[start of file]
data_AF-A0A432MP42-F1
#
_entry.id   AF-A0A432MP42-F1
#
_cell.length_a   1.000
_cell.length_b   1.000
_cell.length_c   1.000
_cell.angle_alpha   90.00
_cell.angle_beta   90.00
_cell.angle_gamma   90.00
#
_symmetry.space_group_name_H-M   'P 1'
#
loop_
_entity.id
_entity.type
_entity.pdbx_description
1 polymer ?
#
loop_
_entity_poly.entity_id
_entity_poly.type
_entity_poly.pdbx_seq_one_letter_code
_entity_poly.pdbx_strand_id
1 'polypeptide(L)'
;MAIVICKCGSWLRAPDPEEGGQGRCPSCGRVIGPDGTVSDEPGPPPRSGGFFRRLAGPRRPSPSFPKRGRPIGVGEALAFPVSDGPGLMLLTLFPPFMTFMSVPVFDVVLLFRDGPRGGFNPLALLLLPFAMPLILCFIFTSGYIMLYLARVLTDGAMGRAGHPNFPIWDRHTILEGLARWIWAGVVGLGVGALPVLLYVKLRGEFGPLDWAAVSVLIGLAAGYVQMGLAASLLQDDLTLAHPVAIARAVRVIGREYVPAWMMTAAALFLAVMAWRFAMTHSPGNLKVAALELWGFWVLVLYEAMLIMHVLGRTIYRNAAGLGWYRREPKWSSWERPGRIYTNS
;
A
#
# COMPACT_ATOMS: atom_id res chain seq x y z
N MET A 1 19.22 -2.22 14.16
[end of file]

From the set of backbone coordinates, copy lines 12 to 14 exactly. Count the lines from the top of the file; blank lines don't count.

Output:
_symmetry.space_group_name_H-M   'P 1'
#
loop_